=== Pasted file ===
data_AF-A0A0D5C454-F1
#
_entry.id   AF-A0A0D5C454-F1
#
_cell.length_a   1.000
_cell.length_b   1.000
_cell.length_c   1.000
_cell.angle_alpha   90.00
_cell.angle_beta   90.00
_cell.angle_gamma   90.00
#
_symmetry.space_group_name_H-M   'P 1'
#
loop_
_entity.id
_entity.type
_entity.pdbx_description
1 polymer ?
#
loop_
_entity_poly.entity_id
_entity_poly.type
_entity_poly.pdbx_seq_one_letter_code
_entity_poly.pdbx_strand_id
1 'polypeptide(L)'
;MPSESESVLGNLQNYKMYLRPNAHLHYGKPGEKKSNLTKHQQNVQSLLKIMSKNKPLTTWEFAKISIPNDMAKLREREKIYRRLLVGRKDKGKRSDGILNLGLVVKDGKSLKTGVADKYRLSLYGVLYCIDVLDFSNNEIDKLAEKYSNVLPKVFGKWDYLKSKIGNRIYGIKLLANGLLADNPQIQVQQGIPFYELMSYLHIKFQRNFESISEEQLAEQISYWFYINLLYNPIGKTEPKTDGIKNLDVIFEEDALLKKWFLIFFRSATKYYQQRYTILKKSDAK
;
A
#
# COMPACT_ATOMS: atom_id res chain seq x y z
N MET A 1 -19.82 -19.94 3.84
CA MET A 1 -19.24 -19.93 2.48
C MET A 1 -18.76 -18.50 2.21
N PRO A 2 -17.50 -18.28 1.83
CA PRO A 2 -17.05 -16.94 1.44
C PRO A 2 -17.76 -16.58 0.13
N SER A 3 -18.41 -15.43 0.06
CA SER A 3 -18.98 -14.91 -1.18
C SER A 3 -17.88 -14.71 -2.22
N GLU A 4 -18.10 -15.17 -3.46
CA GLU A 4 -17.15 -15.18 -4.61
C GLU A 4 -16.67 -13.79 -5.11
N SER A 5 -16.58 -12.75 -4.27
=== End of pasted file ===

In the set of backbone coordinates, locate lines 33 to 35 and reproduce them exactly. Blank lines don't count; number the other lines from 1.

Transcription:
C MET A 1 -18.76 -18.50 2.21
N PRO A 2 -17.50 -18.28 1.83
CA PRO A 2 -17.05 -16.94 1.44